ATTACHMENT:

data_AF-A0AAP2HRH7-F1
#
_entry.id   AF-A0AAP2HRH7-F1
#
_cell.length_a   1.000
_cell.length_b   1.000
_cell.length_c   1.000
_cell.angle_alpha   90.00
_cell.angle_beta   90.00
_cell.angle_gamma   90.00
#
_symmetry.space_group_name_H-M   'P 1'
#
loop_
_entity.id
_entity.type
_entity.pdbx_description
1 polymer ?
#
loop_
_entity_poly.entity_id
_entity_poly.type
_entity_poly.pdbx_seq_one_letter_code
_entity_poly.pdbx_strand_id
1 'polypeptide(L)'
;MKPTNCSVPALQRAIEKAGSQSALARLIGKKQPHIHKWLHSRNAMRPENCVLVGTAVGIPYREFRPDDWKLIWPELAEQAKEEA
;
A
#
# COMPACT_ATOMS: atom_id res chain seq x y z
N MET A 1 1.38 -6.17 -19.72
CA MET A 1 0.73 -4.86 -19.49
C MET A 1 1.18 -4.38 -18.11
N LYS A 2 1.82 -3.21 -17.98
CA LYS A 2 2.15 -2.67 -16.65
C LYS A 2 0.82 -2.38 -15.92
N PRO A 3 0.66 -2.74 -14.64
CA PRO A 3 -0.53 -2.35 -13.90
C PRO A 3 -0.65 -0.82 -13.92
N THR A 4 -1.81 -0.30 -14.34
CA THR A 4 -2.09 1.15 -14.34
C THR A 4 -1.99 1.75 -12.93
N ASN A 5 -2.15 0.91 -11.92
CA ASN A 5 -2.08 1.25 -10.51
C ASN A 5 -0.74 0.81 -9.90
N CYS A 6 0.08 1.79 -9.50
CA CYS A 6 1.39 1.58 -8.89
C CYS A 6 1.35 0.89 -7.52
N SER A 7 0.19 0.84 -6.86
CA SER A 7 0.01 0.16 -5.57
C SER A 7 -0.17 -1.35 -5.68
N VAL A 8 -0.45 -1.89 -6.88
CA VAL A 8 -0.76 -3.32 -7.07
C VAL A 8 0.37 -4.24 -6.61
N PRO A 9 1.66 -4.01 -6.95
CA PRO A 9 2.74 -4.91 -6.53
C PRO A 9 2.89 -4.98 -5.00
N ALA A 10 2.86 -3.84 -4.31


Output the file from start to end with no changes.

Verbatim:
data_AF-A0AAP2HRH7-F1
#
_entry.id   AF-A0AAP2HRH7-F1
#
_cell.length_a   1.000
_cell.length_b   1.000
_cell.length_c   1.000
_cell.angle_alpha   90.00
_cell.angle_beta   90.00
_cell.angle_gamma   90.00
#
_symmetry.space_group_name_H-M   'P 1'
#
loop_
_entity.id
_entity.type
_entity.pdbx_description
1 polymer ?
#
loop_
_entity_poly.entity_id
_entity_poly.type
_entity_poly.pdbx_seq_one_letter_code
_entity_poly.pdbx_strand_id
1 'polypeptide(L)'
;MKPTNCSVPALQRAIEKAGSQSALARLIGKKQPHIHKWLHSRNAMRPENCVLVGTAVGIPYREFRPDDWKLIWPELAEQAKEEA
;
A
#
# COMPACT_ATOMS: atom_id res chain seq x y z
N MET A 1 1.38 -6.17 -19.72
CA MET A 1 0.73 -4.86 -19.49
C MET A 1 1.18 -4.38 -18.11
N LYS A 2 1.82 -3.21 -17.98
CA LYS A 2 2.15 -2.67 -16.65
C LYS A 2 0.82 -2.38 -15.92
N PRO A 3 0.66 -2.74 -14.64
CA PRO A 3 -0.53 -2.35 -13.90
C PRO A 3 -0.65 -0.82 -13.92
N THR A 4 -1.81 -0.30 -14.34
CA THR A 4 -2.09 1.15 -14.34
C THR A 4 -1.99 1.75 -12.93
N ASN A 5 -2.15 0.91 -11.92
CA ASN A 5 -2.08 1.25 -10.51
C ASN A 5 -0.74 0.81 -9.90
N CYS A 6 0.08 1.79 -9.50
CA CYS A 6 1.39 1.58 -8.89
C CYS A 6 1.35 0.89 -7.52
N SER A 7 0.19 0.84 -6.86
CA SER A 7 0.01 0.16 -5.57
C SER A 7 -0.17 -1.35 -5.68
N VAL A 8 -0.45 -1.89 -6.88
CA VAL A 8 -0.76 -3.32 -7.07
C VAL A 8 0.37 -4.24 -6.61
N PRO A 9 1.66 -4.01 -6.95
CA PRO A 9 2.74 -4.91 -6.53
C PRO A 9 2.89 -4.98 -5.00
N ALA A 10 2.86 -3.84 -4.31